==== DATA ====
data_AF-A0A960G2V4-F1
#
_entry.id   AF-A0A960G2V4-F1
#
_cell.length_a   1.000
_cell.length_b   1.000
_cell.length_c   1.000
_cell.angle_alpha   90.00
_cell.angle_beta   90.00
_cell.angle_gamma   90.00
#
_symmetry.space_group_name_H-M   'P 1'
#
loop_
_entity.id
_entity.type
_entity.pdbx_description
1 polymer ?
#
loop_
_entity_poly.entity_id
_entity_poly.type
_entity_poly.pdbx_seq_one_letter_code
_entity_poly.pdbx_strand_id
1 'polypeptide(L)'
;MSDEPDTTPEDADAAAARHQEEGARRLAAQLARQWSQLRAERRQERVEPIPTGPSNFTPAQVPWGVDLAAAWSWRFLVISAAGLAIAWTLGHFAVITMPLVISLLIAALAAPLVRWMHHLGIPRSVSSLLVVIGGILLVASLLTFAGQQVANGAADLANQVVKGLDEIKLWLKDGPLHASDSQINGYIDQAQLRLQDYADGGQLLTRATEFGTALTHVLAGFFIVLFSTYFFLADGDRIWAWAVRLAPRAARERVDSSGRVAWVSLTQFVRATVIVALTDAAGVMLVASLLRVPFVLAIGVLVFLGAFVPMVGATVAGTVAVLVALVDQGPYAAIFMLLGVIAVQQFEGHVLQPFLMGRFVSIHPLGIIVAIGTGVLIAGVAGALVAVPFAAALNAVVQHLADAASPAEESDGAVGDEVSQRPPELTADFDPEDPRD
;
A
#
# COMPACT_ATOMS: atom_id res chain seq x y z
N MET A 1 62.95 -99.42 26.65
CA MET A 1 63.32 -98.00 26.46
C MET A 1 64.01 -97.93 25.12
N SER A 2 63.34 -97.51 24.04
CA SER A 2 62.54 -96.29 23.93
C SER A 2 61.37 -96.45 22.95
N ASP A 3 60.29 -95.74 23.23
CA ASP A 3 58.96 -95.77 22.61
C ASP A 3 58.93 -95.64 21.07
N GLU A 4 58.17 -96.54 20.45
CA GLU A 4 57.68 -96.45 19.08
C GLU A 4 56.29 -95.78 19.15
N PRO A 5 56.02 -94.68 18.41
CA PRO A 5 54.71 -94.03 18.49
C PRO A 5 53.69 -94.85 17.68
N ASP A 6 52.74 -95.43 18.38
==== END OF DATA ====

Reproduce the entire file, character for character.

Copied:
data_AF-A0A960G2V4-F1
#
_entry.id   AF-A0A960G2V4-F1
#
_cell.length_a   1.000
_cell.length_b   1.000
_cell.length_c   1.000
_cell.angle_alpha   90.00
_cell.angle_beta   90.00
_cell.angle_gamma   90.00
#
_symmetry.space_group_name_H-M   'P 1'
#
loop_
_entity.id
_entity.type
_entity.pdbx_description
1 polymer ?
#
loop_
_entity_poly.entity_id
_entity_poly.type
_entity_poly.pdbx_seq_one_letter_code
_entity_poly.pdbx_strand_id
1 'polypeptide(L)'
;MSDEPDTTPEDADAAAARHQEEGARRLAAQLARQWSQLRAERRQERVEPIPTGPSNFTPAQVPWGVDLAAAWSWRFLVISAAGLAIAWTLGHFAVITMPLVISLLIAALAAPLVRWMHHLGIPRSVSSLLVVIGGILLVASLLTFAGQQVANGAADLANQVVKGLDEIKLWLKDGPLHASDSQINGYIDQAQLRLQDYADGGQLLTRATEFGTALTHVLAGFFIVLFSTYFFLADGDRIWAWAVRLAPRAARERVDSSGRVAWVSLTQFVRATVIVALTDAAGVMLVASLLRVPFVLAIGVLVFLGAFVPMVGATVAGTVAVLVALVDQGPYAAIFMLLGVIAVQQFEGHVLQPFLMGRFVSIHPLGIIVAIGTGVLIAGVAGALVAVPFAAALNAVVQHLADAASPAEESDGAVGDEVSQRPPELTADFDPEDPRD
;
A
#
# COMPACT_ATOMS: atom_id res chain seq x y z
N MET A 1 62.95 -99.42 26.65
CA MET A 1 63.32 -98.00 26.46
C MET A 1 64.01 -97.93 25.12
N SER A 2 63.34 -97.51 24.04
CA SER A 2 62.54 -96.29 23.93
C SER A 2 61.37 -96.45 22.95
N ASP A 3 60.29 -95.74 23.23
CA ASP A 3 58.96 -95.77 22.61
C ASP A 3 58.93 -95.64 21.07
N GLU A 4 58.17 -96.54 20.45
CA GLU A 4 57.68 -96.45 19.08
C GLU A 4 56.29 -95.78 19.15
N PRO A 5 56.02 -94.68 18.41
CA PRO A 5 54.71 -94.03 18.49
C PRO A 5 53.69 -94.85 17.68
N ASP A 6 52.74 -95.43 18.38